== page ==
Updated: Oct 15, 2020
Hangry, the clever word combo of hungry & angry but where did it come from & could it just be an excuse for being irritable? I really wanted to know the answer to this personally & if you’re anything like me, you already know what hangry is.
On the other hand if you haven’t experienced it yourself maybe you’ve witnessed it? Those moments when the slightest thing throws a person’s whole world out of order & you can’t quite understand why…well it could be more to do with hungry & hormones than realized.
I quite literally just had one of these moments about an hour ago & after eating my breakfast & reflecting on what had just happened I decided to find out the root cause of why some of us suffer from hangry & others don’t. Fortunately, there is a physiological reason for getting angry when hungry says gastroenterologist Christine Lee MD of the Cleveland Clinic.
As most of know blood sugar levels rise & fall depending on what we’ve eaten & when. If you haven’t eaten in a while your blood sugars will naturally start to decrease.
- When blood sugars (glucose) get to low the body will release hormones like cortisol (a stress hormone) & adrenaline (fight or flight hormone) into the body to try to increase & re-balance blood sugar levels.
- Increased levels of cortisol can cause aggression in some people & likewise low blood sugars may also interfere with brain functions that help us control impulses as well as regulate our drives & behaviors. This is why we often make poorer choices when we are hungry or have low blood sugars.
Being hungry can also affect us in other ways & is not just an angry or hangry thing. When our blood sugars get too low we can also feel:
- Sleepy or lethargic, have difficulty concentrating, poor memory or recall, & we have even have a hard time with coordination or motor functions.
Sometimes it’s hard to recognize that we are hungry & not just in a bad mood or feeling tired & lazy. I myself deal with this often, as I may not be physically hungry but because our brains use approx. 120g of glucose daily which works out to roughly 60% of the utilization of glucose by the whole body in resting state, it is very important to keep ourselves fueled.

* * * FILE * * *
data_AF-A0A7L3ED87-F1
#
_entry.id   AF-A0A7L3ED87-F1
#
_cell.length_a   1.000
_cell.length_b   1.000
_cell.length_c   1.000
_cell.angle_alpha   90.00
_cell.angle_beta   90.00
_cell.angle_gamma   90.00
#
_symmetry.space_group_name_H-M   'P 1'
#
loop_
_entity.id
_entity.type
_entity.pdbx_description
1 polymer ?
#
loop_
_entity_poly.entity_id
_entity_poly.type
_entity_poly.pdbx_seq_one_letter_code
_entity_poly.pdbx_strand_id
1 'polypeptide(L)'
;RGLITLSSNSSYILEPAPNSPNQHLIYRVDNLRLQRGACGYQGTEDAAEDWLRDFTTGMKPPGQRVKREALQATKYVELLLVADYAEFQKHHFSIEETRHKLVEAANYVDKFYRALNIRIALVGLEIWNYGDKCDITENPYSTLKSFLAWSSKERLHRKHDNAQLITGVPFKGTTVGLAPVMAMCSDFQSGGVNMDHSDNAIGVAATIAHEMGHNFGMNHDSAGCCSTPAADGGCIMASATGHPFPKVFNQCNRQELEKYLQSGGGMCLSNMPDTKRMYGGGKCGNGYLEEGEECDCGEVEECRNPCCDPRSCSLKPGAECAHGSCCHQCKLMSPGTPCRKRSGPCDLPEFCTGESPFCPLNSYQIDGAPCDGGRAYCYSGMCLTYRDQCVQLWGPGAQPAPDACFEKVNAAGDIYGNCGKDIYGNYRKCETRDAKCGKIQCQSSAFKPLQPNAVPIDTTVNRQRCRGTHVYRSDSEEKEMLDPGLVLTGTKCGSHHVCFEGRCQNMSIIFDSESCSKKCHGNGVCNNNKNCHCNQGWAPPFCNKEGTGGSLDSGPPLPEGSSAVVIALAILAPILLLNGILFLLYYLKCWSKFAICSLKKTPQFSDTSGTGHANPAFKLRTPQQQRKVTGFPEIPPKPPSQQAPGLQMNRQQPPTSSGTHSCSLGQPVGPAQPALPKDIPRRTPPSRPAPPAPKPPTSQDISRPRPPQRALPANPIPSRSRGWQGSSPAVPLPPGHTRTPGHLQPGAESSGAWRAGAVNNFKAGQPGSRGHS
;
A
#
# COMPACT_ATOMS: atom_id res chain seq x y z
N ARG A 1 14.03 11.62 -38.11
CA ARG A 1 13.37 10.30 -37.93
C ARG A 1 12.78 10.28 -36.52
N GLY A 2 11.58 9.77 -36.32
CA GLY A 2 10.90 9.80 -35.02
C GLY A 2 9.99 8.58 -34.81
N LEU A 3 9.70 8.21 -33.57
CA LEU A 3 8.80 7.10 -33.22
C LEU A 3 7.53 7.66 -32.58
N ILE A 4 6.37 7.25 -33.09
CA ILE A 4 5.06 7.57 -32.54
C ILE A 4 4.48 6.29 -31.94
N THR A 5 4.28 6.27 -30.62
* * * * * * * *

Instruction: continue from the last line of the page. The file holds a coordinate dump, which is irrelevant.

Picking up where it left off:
The amount of glucose your brain uses can vary from person to person & even depending on which type of “diet” you follow but regardless the bottom line is the brain needs glucose to function as does the rest of the body to one degree or another.
Fueling our bodies to avoid the hangry trap…
- Avoid foods that spike blood sugars like: refined carbohydrates such as white breads, pastries, cakes, sweets, pop/soda, juices (bar natural), chips or crisps, crackers, & of course chocolate bars & candy.
- Increase foods that will release glucose slower thus keeping your blood sugars stable for longer like: whole grains, sweet potatoes, high fibre foods such as oats, most fruits, broccoli, berries, avocados & of course nuts & seeds.
- The added bonus of good quality fats in the nuts, seeds, & avocados will also help to control blood sugar levels & keep you feeling fuller longer
- Increase your protein intake if you are not already getting an adequate amount (0.8g for every kg of body weight or 2.2 lbs ex. 170 lb person needs approx. 63g of protein daily) this of course differs depending on activity levels & goals but as a general rule the math noted can be used.
- Aim for lean proteins like: fish, especially salmon for additional benefits of omega-3’s & fatty acids, chicken, turkey, greek yogurt or aged cheeses, tofu, tempeh, edamame, beans, hemp & seeds.
- Eat smaller meals more often during the day if this works for you but try & give your body at least 12 consecutive hours each day without food or drink. Think 8pm to 8am or longer if you are able, you can see post on Intermittent Fasting for more details.
- Drink water, the benefits can be seen in brain function, movement, mood, skin, hair, energy levels & digestion. Since we are up to 65% water already keeping yourself hydrated will help with feeling your best.
Additional ways to help regulate cortisol & adrenaline in your favor…
- Walk, this is a proven method for reducing cortisol & the belly fat that it is often associated with. Walking lowers your stress hormone levels, increases blood flow & oxygen to the brain & in return will often boost our mood. It is also very beneficial in aiding in digestion so I would also advocate for an after meal walk, especially after dinner.
- Get proper sleep, 7-8 hour nightly to give your body a chance to recover each night, sleep is so important to all of the body's functions.
- Avoid caffeine late in the day & eating before bed, 3-4 pm is a good cut off point for most people but you will know your own tolerance levels.
- Include some tasty & beneficial foods like: 70-80% dark chocolate, bananas & pears, green tea, probiotics found in foods like yogurt, kefir, pickles, sauerkraut, & cheese just to name a few.
- Keep healthy snacks on hand (nuts, seeds, veggies, rice cakes & nut butter, fruits) so you don’t overindulge in poor quality quick fixes that you will crave due to the brains need to fuel itself.
So the next time you feel irritated or angry for no clear reason it might be worth stopping to think about what you ate & when. Becoming more aware of how we treat ourselves mental & physically can help us to be kinder to our brain & body, something all of us can benefit from.
Health doesn’t have to be hard, just start with small steps to lead you in the direction of big results. As always if you have questions on this topic or other health & wellness questions please get in touch.